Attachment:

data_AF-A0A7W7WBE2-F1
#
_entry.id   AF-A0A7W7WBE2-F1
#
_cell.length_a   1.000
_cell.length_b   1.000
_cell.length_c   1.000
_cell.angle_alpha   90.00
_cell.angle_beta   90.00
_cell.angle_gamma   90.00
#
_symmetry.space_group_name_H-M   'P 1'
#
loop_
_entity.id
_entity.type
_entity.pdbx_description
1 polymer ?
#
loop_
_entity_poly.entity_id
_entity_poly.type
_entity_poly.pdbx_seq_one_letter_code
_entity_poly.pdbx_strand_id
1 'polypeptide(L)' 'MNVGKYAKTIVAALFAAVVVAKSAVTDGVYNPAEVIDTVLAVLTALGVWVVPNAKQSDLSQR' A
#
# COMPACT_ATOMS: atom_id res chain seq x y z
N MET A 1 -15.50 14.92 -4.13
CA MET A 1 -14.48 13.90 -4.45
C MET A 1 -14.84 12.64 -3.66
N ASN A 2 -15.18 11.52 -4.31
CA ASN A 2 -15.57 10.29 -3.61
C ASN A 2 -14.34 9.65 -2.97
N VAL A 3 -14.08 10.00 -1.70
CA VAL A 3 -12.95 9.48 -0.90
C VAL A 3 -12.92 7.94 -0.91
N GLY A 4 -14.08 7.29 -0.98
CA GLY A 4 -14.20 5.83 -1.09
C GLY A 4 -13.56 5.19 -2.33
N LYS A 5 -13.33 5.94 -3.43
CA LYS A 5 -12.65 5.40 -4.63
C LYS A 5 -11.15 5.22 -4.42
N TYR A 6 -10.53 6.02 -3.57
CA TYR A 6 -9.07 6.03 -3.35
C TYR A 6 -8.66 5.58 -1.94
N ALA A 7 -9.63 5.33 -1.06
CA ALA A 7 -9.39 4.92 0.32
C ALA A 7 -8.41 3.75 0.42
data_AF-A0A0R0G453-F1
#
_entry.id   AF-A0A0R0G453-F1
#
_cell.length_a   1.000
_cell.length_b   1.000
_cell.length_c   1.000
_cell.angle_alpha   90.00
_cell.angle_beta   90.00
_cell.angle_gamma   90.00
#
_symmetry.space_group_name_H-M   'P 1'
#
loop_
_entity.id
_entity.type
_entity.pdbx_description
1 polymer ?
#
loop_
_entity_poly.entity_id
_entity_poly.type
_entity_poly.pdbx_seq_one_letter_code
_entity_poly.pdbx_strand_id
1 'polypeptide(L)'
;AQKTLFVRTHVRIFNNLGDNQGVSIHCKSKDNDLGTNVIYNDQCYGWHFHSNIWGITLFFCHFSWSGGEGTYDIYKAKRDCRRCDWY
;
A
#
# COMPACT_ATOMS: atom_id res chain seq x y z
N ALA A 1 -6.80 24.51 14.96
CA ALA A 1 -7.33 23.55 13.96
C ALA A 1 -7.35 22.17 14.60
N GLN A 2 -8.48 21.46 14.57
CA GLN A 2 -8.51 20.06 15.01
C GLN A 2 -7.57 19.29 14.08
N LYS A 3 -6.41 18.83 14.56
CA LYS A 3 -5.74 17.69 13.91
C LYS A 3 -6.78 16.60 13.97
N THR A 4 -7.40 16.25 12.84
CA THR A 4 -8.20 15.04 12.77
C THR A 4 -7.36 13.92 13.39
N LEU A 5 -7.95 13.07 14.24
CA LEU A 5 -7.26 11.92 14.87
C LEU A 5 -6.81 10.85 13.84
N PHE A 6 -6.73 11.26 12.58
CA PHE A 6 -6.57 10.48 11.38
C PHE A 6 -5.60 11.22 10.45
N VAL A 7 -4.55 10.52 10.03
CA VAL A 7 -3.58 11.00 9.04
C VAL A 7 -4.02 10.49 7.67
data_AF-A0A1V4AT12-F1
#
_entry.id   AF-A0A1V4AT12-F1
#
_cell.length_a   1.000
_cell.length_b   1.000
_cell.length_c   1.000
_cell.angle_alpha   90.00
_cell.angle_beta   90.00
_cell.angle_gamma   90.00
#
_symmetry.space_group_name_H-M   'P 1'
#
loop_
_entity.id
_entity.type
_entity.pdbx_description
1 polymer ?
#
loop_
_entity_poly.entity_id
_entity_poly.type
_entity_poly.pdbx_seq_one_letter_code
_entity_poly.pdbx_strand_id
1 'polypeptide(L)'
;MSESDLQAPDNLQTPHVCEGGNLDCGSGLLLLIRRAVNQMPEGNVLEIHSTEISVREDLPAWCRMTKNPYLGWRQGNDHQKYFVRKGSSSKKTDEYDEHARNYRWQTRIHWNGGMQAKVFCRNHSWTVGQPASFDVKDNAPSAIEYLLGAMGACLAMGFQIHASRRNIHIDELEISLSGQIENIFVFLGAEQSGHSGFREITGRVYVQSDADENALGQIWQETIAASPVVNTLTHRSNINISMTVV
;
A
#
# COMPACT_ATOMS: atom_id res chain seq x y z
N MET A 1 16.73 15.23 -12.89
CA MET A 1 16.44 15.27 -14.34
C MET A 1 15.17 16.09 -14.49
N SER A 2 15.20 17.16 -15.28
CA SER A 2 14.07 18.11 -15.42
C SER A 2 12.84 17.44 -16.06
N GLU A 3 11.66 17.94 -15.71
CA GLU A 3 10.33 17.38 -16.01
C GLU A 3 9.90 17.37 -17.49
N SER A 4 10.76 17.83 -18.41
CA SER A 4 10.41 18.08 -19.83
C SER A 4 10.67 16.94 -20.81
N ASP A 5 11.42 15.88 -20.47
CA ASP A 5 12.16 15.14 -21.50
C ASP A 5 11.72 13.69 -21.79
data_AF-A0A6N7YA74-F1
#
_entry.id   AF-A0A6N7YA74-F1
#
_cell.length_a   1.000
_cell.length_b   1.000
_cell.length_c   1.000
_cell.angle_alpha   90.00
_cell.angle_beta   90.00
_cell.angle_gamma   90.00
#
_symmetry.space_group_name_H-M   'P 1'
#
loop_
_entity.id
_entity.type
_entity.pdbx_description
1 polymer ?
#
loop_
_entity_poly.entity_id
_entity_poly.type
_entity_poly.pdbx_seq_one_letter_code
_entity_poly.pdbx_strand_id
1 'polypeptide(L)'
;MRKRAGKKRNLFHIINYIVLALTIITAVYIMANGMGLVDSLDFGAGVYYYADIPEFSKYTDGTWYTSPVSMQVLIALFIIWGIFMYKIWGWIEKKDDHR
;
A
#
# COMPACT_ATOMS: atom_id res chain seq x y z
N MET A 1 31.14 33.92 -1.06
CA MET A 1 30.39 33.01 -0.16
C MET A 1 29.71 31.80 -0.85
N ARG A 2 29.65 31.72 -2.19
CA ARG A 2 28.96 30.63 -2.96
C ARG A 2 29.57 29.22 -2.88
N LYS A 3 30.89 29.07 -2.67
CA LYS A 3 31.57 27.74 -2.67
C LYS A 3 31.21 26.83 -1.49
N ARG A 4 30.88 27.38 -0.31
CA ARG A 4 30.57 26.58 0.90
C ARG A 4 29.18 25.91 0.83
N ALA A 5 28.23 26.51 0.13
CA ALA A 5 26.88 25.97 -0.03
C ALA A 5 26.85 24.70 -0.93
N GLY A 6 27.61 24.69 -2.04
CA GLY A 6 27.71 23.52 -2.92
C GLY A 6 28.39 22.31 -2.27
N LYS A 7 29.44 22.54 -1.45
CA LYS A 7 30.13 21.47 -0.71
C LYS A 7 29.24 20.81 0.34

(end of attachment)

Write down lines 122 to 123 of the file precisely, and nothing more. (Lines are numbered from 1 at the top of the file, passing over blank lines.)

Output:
_entity_poly.pdbx_seq_one_letter_code
_entity_poly.pdbx_strand_id